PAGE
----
SAN ANTONIO – Retired Sgt. 1st Class Jorge Avalos knows a little about perseverance.
In 2007, during his deployment in Iraq, his vehicle was hit by an improvised explosive device. The blast left him with a traumatic brain injury and post-traumatic stress, but he survived.
Four years later, he would again suffer injuries during a skydiving demonstration. At 75 feet from the ground, a crosswind hit his canopy, causing the left side to collapse.
"It kept the right side inflated but made me do a hook turn into the ground, and I hit the ground at 45 miles per hour," Avalos said.
His left foot was crushed and his leg was partially amputated — doctors were able to save his leg, He also broke his back, causing him to be paralyzed from the waist down.
"I was kept alive and knew I needed to do something about it instead of just sitting down and feeling sorry for myself," Avalos said.
Despite doctors telling him he would never walk again, 2 1/2 months later, with the aid of crutches, Avalos walked out of the hospital.
During his recovery, Avalos used cycling as a form of therapy, but it soon turned into a passion when he started to compete.
"I say a month and a half after I got on the bike, I did a 500-mile bike ride," Avalos said.
Twenty-two months later, while training for the Wounded Warrior Games, his faith would be tested again.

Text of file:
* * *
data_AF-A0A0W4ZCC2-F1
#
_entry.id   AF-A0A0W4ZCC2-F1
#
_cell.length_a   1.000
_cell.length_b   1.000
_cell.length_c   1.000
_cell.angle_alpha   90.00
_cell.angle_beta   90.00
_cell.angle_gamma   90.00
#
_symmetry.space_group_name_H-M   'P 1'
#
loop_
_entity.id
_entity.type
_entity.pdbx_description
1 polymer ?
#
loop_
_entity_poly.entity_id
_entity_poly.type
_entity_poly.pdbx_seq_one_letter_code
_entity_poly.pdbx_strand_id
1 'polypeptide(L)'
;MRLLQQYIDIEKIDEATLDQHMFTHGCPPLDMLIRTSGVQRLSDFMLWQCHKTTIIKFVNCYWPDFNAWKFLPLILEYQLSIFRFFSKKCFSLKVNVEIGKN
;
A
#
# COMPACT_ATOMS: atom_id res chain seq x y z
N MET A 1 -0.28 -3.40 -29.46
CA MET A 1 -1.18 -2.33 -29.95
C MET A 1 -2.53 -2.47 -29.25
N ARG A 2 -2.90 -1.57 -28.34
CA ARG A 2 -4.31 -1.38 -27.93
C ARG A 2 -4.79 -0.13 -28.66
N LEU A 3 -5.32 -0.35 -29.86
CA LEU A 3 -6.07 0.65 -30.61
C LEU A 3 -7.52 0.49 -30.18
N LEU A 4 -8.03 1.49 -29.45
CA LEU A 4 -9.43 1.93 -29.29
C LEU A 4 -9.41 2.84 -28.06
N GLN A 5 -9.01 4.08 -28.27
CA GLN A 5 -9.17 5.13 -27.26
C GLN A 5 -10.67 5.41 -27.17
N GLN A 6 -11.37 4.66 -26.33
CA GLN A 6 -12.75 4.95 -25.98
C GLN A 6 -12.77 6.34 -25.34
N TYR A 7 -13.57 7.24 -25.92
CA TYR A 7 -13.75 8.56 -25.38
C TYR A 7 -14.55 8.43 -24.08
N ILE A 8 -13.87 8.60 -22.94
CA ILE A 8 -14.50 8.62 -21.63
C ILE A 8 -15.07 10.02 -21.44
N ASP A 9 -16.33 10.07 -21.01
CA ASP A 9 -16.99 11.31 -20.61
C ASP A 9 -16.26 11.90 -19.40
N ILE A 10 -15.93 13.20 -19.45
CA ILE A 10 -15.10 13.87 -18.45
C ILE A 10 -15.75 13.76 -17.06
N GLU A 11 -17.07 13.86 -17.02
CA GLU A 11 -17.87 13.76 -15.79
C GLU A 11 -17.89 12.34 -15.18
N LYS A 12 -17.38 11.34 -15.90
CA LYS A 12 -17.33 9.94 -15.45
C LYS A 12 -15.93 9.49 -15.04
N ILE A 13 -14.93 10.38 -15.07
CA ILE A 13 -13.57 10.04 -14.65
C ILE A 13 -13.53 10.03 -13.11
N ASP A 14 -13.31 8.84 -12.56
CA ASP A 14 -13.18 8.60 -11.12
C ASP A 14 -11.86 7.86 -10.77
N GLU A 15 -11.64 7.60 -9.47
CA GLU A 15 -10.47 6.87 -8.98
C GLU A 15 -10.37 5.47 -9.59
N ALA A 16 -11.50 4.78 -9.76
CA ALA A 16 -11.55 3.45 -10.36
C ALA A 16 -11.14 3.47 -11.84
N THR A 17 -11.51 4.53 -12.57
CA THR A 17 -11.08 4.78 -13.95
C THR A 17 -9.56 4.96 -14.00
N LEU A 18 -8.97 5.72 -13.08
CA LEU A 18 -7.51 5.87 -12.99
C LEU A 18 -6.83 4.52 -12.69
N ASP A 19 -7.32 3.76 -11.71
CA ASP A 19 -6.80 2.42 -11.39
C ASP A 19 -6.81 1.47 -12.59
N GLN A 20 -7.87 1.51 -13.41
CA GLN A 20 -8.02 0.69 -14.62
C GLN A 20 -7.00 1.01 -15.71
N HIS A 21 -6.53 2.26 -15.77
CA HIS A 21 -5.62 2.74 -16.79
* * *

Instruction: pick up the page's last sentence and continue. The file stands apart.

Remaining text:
"I was just doing a 40-mile training ride, and 2 miles away from my home, I got hit from behind by a pickup truck," Avalos said.
The driver of the truck was texting while driving and hit Avalos head-on.
Avalos' left leg was broken again, his ankle was shattered, several ribs were broken, he had three fractured thoracic vertebrae and, eventually, he lost a kidney.
It didn't take Avalos long to recover again. He was back on a bike just two months later.
"For me, this (is) my way of enjoying life," Avalos said.
Avalos continued to train and compete across the world and was asked to join Team 43, which is headed by former President George W. Bush.
Avalos' inspiring story is why the Texas Parks and Wildlife Foundation has named him one of nine ambassadors of the "We Will Not Be Tamed" campaign.
"The program is designed to make Texans aware of the vast beauty of our state and to try to conserve the wild things and the wild places of this wonderful state and encouraging all Texans to get involved," Avalos said.